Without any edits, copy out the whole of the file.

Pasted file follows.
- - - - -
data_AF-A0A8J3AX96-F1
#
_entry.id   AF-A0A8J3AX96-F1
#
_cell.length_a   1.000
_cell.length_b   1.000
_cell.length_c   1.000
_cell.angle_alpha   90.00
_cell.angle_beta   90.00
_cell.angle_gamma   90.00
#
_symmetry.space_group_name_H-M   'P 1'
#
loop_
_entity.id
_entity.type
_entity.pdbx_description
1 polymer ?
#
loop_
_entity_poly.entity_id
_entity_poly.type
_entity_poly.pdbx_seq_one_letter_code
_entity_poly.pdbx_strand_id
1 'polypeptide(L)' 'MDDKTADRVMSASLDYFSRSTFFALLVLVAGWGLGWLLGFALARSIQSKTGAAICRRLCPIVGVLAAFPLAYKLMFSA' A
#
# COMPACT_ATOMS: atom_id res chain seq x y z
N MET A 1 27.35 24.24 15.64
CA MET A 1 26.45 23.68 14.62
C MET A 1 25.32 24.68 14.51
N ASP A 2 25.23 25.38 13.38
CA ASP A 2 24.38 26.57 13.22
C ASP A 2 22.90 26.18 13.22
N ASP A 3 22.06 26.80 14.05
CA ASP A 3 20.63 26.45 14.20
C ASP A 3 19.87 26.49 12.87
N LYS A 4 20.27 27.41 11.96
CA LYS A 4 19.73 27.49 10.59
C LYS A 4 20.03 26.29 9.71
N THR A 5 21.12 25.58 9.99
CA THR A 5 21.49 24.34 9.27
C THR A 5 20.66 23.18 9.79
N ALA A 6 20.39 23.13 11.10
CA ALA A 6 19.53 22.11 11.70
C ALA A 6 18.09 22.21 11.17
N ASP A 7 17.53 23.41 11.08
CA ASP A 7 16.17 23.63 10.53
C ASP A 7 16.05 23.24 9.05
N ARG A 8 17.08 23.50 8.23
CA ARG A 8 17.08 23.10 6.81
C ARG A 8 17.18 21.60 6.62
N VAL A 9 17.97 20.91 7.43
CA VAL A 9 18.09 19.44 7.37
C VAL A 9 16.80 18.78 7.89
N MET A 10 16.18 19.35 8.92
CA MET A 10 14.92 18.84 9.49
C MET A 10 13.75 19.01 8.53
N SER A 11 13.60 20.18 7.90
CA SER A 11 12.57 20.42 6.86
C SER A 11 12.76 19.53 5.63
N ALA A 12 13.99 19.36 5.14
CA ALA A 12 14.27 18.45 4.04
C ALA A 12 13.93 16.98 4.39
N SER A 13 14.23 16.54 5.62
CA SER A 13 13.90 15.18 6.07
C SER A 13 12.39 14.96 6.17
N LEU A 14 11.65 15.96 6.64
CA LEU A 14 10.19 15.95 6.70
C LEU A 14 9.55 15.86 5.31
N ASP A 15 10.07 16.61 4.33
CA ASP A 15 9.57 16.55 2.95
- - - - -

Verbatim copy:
data_AF-A0A8J3AX96-F1
#
_entry.id   AF-A0A8J3AX96-F1
#
_cell.length_a   1.000
_cell.length_b   1.000
_cell.length_c   1.000
_cell.angle_alpha   90.00
_cell.angle_beta   90.00
_cell.angle_gamma   90.00
#
_symmetry.space_group_name_H-M   'P 1'
#
loop_
_entity.id
_entity.type
_entity.pdbx_description
1 polymer ?
#
loop_
_entity_poly.entity_id
_entity_poly.type
_entity_poly.pdbx_seq_one_letter_code
_entity_poly.pdbx_strand_id
1 'polypeptide(L)' 'MDDKTADRVMSASLDYFSRSTFFALLVLVAGWGLGWLLGFALARSIQSKTGAAICRRLCPIVGVLAAFPLAYKLMFSA' A
#
# COMPACT_ATOMS: atom_id res chain seq x y z
N MET A 1 27.35 24.24 15.64
CA MET A 1 26.45 23.68 14.62
C MET A 1 25.32 24.68 14.51
N ASP A 2 25.23 25.38 13.38
CA ASP A 2 24.38 26.57 13.22
C ASP A 2 22.90 26.18 13.22
N ASP A 3 22.06 26.80 14.05
CA ASP A 3 20.63 26.45 14.20
C ASP A 3 19.87 26.49 12.87
N LYS A 4 20.27 27.41 11.96
CA LYS A 4 19.73 27.49 10.59
C LYS A 4 20.03 26.29 9.71
N THR A 5 21.12 25.58 9.99
CA THR A 5 21.49 24.34 9.27
C THR A 5 20.66 23.18 9.79
N ALA A 6 20.39 23.13 11.10
CA ALA A 6 19.53 22.11 11.70
C ALA A 6 18.09 22.21 11.17
N ASP A 7 17.53 23.41 11.08
CA ASP A 7 16.17 23.63 10.53
C ASP A 7 16.05 23.24 9.05
N ARG A 8 17.08 23.50 8.23
CA ARG A 8 17.08 23.10 6.81
C ARG A 8 17.18 21.60 6.62
N VAL A 9 17.97 20.91 7.43
CA VAL A 9 18.09 19.44 7.37
C VAL A 9 16.80 18.78 7.89
N MET A 10 16.18 19.35 8.92
CA MET A 10 14.92 18.84 9.49
C MET A 10 13.75 19.01 8.53
N SER A 11 13.60 20.18 7.90
CA SER A 11 12.57 20.42 6.86
C SER A 11 12.76 19.53 5.63
N ALA A 12 13.99 19.36 5.14
CA ALA A 12 14.27 18.45 4.04
C ALA A 12 13.93 16.98 4.39
N SER A 13 14.23 16.54 5.62
CA SER A 13 13.90 15.18 6.07
C SER A 13 12.39 14.96 6.17
N LEU A 14 11.65 15.96 6.64
CA LEU A 14 10.19 15.95 6.70
C LEU A 14 9.55 15.86 5.31
N ASP A 15 10.07 16.61 4.33
CA ASP A 15 9.57 16.55 2.95